Is the state government trying to hide something nefarious by making claims that peace reigns now in Kaliachak in Malda?

News, in today’s age, is expected to travel at lightning speed. But it took a sensitive piece of news more than a month to travel about 750 kilometers from Uttar Pradesh’s capital to Kaliachak, a small town along the Indo-Bangladesh border in West Bengal’s Malda district.

The news was of a Hindu Mahasabha activist in Lucknow, Kamlesh Tiwari, making some disparaging comments about Prophet Mohammad in response to notorious Samajwadi Party leader labeling RSS pracharaks as homosexuals. And when it did earlier this month, the town erupted in flames.

Therein lies a grave mystery. A little-known Muslim religious group—Idara-a-Shariya—called for a protest meeting at Kaliachak at nine in the morning on 3 January. From early that morning, large crowds started congregating at Kaliachak from nearby villages and towns.

Belligerent men, young, middle-aged and old, clad in skull caps and lungis made their way through National Highway 34 that connects North Bengal with the rest of the state, to the dusty town of Kaliachak from seven in the morning.

A state transport bus that tried to weave its way through crowd was attacked. A little later, a Border Security Force Gypsy with the family of an officer in it that tried to inch its way through the crowds was attacked and the occupants of the vehicle, which ultimately managed to speed away, were heckled.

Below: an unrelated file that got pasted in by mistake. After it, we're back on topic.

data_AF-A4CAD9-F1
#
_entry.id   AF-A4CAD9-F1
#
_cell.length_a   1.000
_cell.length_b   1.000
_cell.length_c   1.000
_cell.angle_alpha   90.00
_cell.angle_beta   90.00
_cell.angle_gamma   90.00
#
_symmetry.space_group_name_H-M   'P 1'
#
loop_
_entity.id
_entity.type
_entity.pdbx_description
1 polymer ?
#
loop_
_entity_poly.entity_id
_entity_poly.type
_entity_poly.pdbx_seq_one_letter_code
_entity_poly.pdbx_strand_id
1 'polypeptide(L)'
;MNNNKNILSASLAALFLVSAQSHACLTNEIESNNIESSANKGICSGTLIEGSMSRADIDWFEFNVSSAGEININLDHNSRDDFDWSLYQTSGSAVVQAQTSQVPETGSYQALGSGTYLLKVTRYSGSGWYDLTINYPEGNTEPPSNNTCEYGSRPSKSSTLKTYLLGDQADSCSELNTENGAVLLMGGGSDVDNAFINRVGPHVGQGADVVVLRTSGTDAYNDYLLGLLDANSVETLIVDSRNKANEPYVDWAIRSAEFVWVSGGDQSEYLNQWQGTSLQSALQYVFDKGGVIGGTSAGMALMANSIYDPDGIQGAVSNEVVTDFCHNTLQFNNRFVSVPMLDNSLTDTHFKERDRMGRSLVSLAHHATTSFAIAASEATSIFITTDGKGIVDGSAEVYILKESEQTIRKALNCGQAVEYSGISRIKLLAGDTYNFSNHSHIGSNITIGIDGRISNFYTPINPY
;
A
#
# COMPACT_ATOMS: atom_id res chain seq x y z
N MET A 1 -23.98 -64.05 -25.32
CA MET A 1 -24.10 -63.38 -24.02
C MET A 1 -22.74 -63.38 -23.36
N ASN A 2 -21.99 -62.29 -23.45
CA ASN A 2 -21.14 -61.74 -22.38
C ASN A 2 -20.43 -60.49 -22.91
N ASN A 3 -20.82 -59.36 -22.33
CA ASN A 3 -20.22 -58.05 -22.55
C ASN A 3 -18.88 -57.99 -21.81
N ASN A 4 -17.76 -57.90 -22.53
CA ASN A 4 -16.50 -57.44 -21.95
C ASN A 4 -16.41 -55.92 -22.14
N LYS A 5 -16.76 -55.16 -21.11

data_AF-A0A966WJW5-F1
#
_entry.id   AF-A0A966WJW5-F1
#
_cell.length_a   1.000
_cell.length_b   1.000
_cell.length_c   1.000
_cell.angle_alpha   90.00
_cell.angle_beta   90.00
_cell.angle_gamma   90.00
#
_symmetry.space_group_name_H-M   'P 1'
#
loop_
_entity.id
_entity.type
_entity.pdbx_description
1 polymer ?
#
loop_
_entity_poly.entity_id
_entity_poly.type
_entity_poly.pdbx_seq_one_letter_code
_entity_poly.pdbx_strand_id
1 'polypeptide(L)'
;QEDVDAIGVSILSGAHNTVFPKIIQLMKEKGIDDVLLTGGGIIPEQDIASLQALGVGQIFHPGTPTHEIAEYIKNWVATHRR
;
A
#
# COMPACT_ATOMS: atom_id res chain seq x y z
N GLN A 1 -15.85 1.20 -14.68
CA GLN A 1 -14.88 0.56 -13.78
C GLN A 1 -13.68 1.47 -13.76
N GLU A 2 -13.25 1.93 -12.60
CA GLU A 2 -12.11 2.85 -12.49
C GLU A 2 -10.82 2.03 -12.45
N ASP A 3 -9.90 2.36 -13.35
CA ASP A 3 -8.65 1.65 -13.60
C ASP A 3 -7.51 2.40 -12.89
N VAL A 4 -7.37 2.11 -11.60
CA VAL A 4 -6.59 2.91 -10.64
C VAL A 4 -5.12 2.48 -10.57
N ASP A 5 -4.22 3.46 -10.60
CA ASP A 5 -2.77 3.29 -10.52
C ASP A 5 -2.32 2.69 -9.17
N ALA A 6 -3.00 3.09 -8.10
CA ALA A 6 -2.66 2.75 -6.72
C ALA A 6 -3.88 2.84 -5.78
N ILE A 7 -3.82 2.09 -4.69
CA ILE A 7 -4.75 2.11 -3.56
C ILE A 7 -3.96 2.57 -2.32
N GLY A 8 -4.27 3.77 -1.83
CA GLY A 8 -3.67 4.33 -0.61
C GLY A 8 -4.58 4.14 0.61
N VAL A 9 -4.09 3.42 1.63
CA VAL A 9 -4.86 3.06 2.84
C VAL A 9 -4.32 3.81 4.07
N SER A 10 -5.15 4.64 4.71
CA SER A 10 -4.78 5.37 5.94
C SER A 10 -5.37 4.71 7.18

And as if on cue, wild rumours started doing the rounds that BSF jawans in the vehicle had fired on ‘innocent’ Muslims. Some in the mob attacked the Kaliachak Block Development Officer’s office and ransacked it.

Another mob made its way to the nearby Khaltipur railway station, ransacked it, and occupied the tracks. The guard of a goods train that they stopped was assaulted severely.

It was then that policemen from the Kaliachak police station decided to control the mobs, but the presence of the khaki-clad had quite the opposite effect: instead of dispersing, the mob got angrier and attacked the police station.

About 20 vehicles inside and outside the police station were torched and a portion of the thana was set ablaze. What is telling is that the mobs brought out files and records from the police station and made a bonfire out of them on that cold January morning.

To be fair to the Idara-a-Shariya leaders, they made desperate appeals to the mob to calm down and not take the law into their hands. But those pleas fell on deaf ears and the organisers, by 10 am, decided to cut short their meeting to prevent more violence.

But the mobs were unfazed—they went on to vent their fury on Hindu households at Balidanga, a locality behind the Kaliachak police station.

A few shops were torched and some houses damaged. Someone fired at one Tanmoy Tiwari, 19, who sustained bullet injuries in his leg. Even a teenage girl was assaulted.

Reinforcements from Malda town, the district headquarters, could not enter the battle zone till three in the afternoon when the marauding crowds had already dispersed.

A lot of questions remain unanswered even 10 days after the flare-up. Primarily, what led to the violence? And why was this protest meeting held a month after the alleged blasphemy by a Hindu Mahasabha activist was committed?